For a government supposedly hellbent on “helping the middle and those working hard to join it”, Justin Trudeau and Bill Morneau sure seem to have a broad definition of what the middle class represents in Canada. From multi-million-dollar deals to help massively profitable foreign multinationals like Toyota create only a handful of jobs, to hundreds of millions spent on Bombardier, allowing its executives to vote themselves massive bonuses, it seems that their vision of the middle-class goes so far as to include the 1%.
As much as it may seem hypocritical given their current narrative, they are not alone in bearing the blame. For decades, governments across the country have forked over billions upon billions in taxpayers’ money to various businesses, most often than not with little to no regard for the financial viability of such projects. But whereas we can’t change the past, this government has a chance to right this wrong.
According to the 2016-17 Public Accounts, the federal government spent over $3Bn last year alone in payments to industry. That doesn’t even include tax advantages and other types of aid given to specific businesses or industry groups! Sadly, there are no indications that this amount will go down this year.
Giving money in such a way is contrary to the Canadian value that is equality of opportunity. It is immoral to force the average Canadian, making just a bit over $50,000 last year, to send some of his tax dollars to help large corporations. It is just as bad to force competitors to help their competition get better, through the use of their tax dollars. Canadians expect their governments to give them services, to help the many, not to fork over billions to the few.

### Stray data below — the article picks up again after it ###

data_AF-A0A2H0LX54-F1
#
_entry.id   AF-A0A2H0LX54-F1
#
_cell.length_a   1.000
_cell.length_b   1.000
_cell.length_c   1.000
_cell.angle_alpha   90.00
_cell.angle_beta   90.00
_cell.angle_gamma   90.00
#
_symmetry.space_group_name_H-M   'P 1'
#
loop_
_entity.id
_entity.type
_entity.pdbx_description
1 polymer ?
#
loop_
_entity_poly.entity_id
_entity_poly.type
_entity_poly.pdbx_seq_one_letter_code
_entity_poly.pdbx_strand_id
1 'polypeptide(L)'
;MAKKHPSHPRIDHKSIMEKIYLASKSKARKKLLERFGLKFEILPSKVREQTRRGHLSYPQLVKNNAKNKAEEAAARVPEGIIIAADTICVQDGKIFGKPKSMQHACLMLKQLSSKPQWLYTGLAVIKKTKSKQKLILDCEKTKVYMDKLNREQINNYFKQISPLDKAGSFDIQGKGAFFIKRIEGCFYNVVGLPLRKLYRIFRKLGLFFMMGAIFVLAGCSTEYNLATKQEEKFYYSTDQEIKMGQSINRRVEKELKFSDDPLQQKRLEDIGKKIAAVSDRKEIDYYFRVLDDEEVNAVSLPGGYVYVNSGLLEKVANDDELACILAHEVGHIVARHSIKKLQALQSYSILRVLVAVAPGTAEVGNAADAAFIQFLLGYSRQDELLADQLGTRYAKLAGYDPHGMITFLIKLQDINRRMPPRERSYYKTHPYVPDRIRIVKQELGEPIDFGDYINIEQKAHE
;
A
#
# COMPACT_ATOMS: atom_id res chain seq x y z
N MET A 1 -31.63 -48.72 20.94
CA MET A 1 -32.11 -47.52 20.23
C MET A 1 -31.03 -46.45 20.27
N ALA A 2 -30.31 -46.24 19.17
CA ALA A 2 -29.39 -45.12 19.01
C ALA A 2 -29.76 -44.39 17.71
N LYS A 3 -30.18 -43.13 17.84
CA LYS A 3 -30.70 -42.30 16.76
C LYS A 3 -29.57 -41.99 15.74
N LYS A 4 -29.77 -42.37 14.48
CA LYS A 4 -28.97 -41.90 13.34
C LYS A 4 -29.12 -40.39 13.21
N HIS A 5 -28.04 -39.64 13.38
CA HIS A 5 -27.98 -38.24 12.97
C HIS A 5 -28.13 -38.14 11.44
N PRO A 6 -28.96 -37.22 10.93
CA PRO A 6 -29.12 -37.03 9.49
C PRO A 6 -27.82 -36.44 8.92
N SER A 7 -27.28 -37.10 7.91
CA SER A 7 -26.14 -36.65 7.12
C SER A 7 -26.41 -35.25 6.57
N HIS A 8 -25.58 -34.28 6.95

Corporate welfare apologists will often counter by saying just how many jobs are created by this, and that we should support our industry to avoid mass unemployment. While this might all seem like a good argument at first, the evidence to support its effectiveness is sparse at best. A recent paper from the University of Calgary’s School of Public Policy looked at corporate welfare across all jurisdiction in Canada and made some interesting finds. Nearly 60% of all funds spent on business subsidies across the country have questionable effects at best. This brings us to question the rationale used to keep funding programs that have a lesser success rate than a coin toss.
As for the crooked notion that some companies are too big to fail, it is flawed logic. Markets operate through a process of creative destruction, where industry change with time, and the death of certain companies creates fertile ground for the creation of new ones. A very good canadian example of this process has been observed in the Kitchener-Waterloo area following BlackBerry’s troubles. Back when this former tech-behemoth started seeing troubles, regional, provincial and federal governments were scared about the economic prospects of the region. They thought this would mean the end of the region’s tech industry and bring about widespread unemployment and would lead people to emigrate from the region. Not only did this not happen, but the region is now more prosperous than ever. Where one company shrank due to its failure to adapt to the market, a vibrant tech sector has sprung thanks to the genius and entrepreneurial spirit of its former employees. To a lesser extent, the same can be said of Ottawa’s western tech hub following Nortel’s closure. The key to keeping the local economy vibrant does not reside in propping up businesses that fail to adapt, but rather in making sure our policies create a fertile ground for new businesses to pop up.
And ultimately that is the issue with corporate welfare: it fails a moral test, as it goes against the principle of equality of opportunity, just as much as it fails a practical test, since a vast majority of it is questionable at best. If this government is truly committed to “helping the middle class and those working hard to join it”, it would only make sense for them to discontinue such a practice. Otherwise, that concept is nothing more than just another set of meaningless words uttered by a politician.